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Zheng Yangwen

and the Qing regime as they had to pay for the indemnities after the Sino-French War of 1884–1885, the Sino-Japanese War of 1894–1895, and the Boxer Rebellion, which was brutally suppressed by the so-called Eight Country Allied Army in 1900. This lesson studies these wars waged on and in China. It begins by looking at the situation outside of China’s borders, in the country’s wider sphere of influence in Southeast and Northeast Asia, before returning to see how the ‘scramble for China’ unfolded inside the country and heralded the end of the Qing dynasty’s Mandate of

in Ten Lessons in Modern Chinese History
A cultural biography of Red-White-Blue, from Hong Kong to Louis Vuitton
Wessie Ling

-White-Blue bags. The chapter concludes with a discussion of Louis Vuitton’s replica of this plaid bag. The questions addressed here include authenticity, cultural identity, and the power dynamic between high and low culture. Specifically, the chapter juxtaposes Western fashion institutions and Asian street culture, and examines the relationship of Chinese production to the European-American fashion system. The analysis draws on empirical and ethnographic research, including interviews with makers and users, and detailed readings of the contemporary global fashion scene as

in European fashion
John McLeod

of colonialism. Let us take first the issue of postcolonialism’s geographies. John Thieme’s excellent The Arnold Anthology of Post-Colonial Literatures in English (Edward Arnold, 1996 ) divides the field geographically as follows: West Africa, East Africa, Southern Africa, North Africa, Australia, Canada, the Caribbean, New Zealand and the South Pacific, South Asia (consisting of Malaysia, Singapore, the Philippines, Thailand), and ‘Trans-Cultural Writing’. Look how in Thieme’s anthology there is a greater sensitivity to the differences within particular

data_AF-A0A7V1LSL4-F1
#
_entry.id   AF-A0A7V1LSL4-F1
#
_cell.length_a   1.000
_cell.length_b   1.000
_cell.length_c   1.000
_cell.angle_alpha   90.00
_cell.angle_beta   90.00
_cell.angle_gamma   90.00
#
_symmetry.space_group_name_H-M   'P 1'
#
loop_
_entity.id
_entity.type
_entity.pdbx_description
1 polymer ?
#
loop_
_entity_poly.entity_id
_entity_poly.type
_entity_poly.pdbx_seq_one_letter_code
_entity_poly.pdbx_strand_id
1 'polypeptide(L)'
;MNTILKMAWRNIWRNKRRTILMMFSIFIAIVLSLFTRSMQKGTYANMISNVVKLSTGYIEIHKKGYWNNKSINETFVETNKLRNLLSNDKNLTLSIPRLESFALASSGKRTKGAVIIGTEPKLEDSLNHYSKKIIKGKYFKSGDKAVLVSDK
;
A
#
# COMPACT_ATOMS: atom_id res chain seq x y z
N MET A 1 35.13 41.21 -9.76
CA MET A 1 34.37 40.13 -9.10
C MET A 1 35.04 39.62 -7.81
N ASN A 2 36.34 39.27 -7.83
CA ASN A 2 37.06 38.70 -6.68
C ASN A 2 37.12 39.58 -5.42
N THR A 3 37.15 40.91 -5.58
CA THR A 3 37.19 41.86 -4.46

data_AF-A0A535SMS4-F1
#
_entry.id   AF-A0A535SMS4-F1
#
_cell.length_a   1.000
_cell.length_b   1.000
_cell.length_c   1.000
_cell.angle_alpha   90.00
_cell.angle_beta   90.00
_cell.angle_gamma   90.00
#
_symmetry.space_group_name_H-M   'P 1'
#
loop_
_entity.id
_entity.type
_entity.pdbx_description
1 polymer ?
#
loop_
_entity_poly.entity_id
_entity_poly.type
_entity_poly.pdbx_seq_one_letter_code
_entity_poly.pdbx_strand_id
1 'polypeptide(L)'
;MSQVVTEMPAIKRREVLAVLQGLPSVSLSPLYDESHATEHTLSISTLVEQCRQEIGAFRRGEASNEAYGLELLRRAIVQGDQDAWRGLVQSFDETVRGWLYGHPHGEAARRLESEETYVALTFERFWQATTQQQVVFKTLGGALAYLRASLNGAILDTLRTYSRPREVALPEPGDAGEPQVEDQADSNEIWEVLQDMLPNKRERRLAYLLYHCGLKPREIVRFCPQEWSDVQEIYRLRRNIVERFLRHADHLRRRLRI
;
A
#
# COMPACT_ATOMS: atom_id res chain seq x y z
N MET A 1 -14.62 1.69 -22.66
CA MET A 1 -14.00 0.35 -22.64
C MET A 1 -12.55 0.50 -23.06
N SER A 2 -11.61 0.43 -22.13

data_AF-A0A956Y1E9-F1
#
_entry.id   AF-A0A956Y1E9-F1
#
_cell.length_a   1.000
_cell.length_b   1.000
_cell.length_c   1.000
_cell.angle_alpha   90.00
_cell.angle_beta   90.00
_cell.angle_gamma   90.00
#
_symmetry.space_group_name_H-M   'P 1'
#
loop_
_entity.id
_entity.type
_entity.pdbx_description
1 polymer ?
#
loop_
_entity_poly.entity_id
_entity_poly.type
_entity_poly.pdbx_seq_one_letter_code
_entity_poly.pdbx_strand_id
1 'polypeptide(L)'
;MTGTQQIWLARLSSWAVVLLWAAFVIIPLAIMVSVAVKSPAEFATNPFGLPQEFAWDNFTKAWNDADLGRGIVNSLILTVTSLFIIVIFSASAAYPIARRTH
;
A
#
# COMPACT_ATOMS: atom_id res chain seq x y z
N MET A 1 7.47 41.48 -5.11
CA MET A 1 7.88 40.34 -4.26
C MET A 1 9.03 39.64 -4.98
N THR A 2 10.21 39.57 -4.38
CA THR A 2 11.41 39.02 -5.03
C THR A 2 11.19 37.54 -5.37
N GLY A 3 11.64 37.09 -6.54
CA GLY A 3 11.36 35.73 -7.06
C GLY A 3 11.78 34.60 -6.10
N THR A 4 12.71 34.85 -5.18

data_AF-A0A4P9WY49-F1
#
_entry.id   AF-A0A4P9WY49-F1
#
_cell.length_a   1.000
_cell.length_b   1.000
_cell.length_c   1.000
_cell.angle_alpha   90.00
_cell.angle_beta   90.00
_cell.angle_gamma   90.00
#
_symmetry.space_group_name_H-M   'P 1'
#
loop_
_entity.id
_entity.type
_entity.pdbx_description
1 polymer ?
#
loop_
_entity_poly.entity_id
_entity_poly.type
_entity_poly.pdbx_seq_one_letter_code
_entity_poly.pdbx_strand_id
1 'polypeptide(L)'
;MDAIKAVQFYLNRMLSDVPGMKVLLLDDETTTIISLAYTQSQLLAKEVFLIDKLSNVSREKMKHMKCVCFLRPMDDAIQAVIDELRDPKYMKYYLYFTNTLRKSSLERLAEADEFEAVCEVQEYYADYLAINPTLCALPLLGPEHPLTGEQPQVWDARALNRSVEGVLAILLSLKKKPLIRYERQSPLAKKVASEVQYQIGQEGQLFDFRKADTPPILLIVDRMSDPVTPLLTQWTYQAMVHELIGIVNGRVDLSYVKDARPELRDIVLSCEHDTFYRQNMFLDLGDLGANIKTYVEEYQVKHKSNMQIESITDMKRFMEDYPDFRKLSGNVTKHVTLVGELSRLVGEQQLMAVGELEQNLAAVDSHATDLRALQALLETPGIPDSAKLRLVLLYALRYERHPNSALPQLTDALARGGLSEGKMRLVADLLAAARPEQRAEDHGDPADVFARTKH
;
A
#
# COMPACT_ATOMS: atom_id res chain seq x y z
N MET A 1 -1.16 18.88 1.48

in Beginning postcolonialism (second edition)
Guns, ships and printing presses
Torbjørn L. Knutsen

. Taxation was one way of raising revenues. Long-distance trade was another. But such trade was a fairly recent option: it was made possible by new ship models and improved means of navigation. Such maritime innovations also made possible expeditions of discovery and adventure. Later, when cannons were fitted to the new ships, the Europeans were enabled to pillage and colonize America, Africa and Asia. Colonization, then, attended trade as a way in which the states of Western Europe could raise much-needed revenues. And with these new sources of revenues the new European

in A history of International Relations theory (third edition)
Systems and structures in an age of upheaval
Torbjørn L. Knutsen

was replaced by the young, charismatic John F. Kennedy. His presidency symbolized the advent of a new generation with new political ideals. The USA was deeply shaken when Kennedy was assassinated in Texas in October 1963 and replaced by the Texan Senator Lyndon B. Johnson (1963–69). In the USSR, the Soviet Premier Nikita Khrushchev was toppled in a palace coup in 1964 and replaced by Leonid Brezhnev. One of the most significant issues that marked international relations during these years was that of decolonization. Nations in Asia and Africa demanded self